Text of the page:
Updated: Aug 10, 2020
Microsoft Azure Logic Apps is a service that allows you to design and build scalable solutions for app integration, data integration, system integration, enterprise application integration (EAI), and business-to-business (B2B) communication, whether in the cloud, on premises, or both.
One of the features I wanted to explore in more detail is the support for real-time fraud detection for transactions originating from Dynamics 365 or, speaking more broadly, the ability to detect and flag irregularities in incoming data streams in real time.
The tool to support this is Azure Stream Analytics. It is a fully managed, real-time analytics service designed to help you analyze and process fast moving streams of data that can be used to get insights, build reports or trigger alerts and actions.
TL;DR: Set up an Azure Event Hub receiving real-time Dynamics 365 transaction data and a Stream Analytics job scanning this Event Hub and using SQL-like queries to detect suspicious data.
Note that this approach uses deterministic SQL queries to discover fraud and other abnormalities in the data stream and relies on pre-created logic to discover fraudulent patterns in data. I will look at how to use the magic sauce of AI / machine learning to approach the same problem in the following post.
Azure Event Hub
The stream analytics job in this example will use data ingested into an Azure Event Hub. Event Hubs is a highly scalable data ingestion pipeline that integrates to many Azure services and is very helpful with many real-time processing solutions.
To set it up, you need to create an event hub namespace, and add a new event hub to it (see walkthrough here). The event hub will ingest our event data and will provide the input stream for the stream analytics job.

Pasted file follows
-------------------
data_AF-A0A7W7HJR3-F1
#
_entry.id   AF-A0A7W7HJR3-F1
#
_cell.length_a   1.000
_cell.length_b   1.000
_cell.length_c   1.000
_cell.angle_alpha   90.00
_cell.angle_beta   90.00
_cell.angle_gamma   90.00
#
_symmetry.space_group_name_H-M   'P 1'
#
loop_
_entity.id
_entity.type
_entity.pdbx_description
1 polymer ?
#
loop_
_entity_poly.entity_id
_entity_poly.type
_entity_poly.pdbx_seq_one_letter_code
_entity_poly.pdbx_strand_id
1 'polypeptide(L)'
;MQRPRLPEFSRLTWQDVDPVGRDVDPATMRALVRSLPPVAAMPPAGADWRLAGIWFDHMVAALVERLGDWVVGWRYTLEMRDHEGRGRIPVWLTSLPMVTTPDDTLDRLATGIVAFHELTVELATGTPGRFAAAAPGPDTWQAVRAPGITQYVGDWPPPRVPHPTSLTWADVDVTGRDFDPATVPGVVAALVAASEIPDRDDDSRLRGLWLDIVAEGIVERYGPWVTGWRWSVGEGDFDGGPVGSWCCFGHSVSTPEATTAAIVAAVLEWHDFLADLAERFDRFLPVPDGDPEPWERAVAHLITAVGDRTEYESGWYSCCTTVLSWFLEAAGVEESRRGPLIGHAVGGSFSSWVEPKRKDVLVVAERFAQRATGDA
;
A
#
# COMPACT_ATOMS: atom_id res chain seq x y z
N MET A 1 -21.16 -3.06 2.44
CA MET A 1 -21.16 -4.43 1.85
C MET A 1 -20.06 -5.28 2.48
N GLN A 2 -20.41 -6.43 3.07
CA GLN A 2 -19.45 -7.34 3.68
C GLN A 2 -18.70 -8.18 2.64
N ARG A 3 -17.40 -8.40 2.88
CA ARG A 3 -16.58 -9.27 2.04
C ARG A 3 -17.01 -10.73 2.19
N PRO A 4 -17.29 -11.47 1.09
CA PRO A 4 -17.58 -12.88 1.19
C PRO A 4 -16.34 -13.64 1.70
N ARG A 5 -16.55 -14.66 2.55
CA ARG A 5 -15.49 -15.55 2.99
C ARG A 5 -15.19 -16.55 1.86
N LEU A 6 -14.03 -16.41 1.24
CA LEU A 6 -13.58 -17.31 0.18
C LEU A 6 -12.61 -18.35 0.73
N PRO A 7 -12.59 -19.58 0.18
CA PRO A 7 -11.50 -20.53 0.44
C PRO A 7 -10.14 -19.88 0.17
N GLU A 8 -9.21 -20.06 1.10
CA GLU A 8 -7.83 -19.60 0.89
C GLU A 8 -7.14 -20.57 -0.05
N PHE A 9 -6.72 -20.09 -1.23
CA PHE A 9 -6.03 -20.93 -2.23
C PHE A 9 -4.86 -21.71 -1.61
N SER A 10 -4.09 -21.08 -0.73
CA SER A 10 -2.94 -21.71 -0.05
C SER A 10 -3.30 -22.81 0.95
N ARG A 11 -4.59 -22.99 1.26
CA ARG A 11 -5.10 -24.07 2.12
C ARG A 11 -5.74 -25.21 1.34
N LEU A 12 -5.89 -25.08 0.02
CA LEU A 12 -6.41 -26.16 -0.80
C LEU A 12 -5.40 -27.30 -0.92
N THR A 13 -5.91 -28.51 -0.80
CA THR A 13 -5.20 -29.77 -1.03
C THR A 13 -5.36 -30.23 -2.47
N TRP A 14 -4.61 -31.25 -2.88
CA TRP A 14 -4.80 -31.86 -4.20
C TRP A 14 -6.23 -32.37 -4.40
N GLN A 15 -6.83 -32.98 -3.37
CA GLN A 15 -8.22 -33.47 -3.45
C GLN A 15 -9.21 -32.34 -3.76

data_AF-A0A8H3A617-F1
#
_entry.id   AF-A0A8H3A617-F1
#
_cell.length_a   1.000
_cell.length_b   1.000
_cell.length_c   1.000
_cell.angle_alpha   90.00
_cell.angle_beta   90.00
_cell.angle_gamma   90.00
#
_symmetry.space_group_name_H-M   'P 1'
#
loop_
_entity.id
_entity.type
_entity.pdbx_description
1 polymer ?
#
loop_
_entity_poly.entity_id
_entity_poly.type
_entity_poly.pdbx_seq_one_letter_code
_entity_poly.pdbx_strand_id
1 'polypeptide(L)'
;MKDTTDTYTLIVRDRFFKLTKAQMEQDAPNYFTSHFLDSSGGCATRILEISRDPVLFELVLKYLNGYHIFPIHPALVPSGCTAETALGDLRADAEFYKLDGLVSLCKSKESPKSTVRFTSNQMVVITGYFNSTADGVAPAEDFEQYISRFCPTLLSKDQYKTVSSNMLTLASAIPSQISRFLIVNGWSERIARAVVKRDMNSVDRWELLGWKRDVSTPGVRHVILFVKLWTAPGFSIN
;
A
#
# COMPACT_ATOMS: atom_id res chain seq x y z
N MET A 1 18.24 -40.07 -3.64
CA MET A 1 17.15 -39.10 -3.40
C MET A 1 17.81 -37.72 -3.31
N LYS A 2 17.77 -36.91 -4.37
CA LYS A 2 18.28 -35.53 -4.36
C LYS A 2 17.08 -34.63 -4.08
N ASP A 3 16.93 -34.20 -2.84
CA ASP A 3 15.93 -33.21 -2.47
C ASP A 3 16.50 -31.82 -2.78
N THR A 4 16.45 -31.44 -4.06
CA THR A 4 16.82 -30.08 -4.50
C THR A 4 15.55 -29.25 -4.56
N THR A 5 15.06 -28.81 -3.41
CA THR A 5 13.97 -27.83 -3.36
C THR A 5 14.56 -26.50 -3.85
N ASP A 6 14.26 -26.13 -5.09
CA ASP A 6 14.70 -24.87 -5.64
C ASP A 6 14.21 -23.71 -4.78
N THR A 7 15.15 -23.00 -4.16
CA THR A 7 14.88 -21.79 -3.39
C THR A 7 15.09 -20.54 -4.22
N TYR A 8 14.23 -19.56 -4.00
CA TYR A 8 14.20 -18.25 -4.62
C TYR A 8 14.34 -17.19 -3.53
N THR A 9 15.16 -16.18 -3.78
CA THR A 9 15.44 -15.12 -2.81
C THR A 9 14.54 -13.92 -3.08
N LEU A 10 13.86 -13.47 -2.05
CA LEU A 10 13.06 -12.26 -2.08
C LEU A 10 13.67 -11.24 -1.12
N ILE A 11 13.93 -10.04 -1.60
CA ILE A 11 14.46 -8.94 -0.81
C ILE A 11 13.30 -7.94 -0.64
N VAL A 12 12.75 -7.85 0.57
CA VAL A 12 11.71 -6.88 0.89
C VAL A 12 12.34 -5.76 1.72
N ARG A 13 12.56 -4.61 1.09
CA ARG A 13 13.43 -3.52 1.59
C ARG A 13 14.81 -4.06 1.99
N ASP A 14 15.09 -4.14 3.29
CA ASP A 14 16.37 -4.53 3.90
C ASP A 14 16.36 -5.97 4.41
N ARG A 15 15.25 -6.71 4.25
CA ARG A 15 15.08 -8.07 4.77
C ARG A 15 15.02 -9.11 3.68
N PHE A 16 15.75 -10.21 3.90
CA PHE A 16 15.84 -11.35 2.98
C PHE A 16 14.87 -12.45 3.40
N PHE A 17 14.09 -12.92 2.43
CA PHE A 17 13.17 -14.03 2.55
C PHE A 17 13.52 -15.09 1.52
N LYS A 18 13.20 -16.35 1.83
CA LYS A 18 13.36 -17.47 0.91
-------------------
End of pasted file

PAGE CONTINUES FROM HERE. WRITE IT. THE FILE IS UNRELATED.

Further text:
I have created a namespace dr-fd-post and a single event hub in this namespace called dr-fd-posthub.
Azure Logic App
I want to capture a transaction data stream from a Dynamics 365 - based system. I'm going to use an Azure Logic App to send new transactions to my event hub.
To keep things simple for this post, my Logic App sends the entire new record to the event hub.
The Logic App is triggered by the creation of a new record of type Payment in the connected Common Data Service (CDS) environment.
The next step copies the record to a JSON object and can be used for additional manipulation.
Final Send Event step uses the new record’s data to create a new event in my event hub (my event hub is configured to ingest events as JSON objects).
At this point, I want to make sure that my CDS data gets correctly ingested in Azure Event Hub. I'm going to create a few Payment records in Dynamics and use EventHub Viewer Windows app to make sure it's working. I can see my new Payments records in Dynamics.
Next, I'm going to fire up the EventHub Viewer and select correct Azure login and subscription.
Next validation step is to connect to my event hub. I see that new records do indeed get ingested by the Azure Event Hub.
With my ingestion input part of the pipeline configured, I am ready to set up a new Stream Analytics job to read incoming Payments data collected in my event hub. Stream Analytics pipeline consist of an input, query and an output. Diagram below illustrates potential Stream Analytics pipelines (see this article for more details).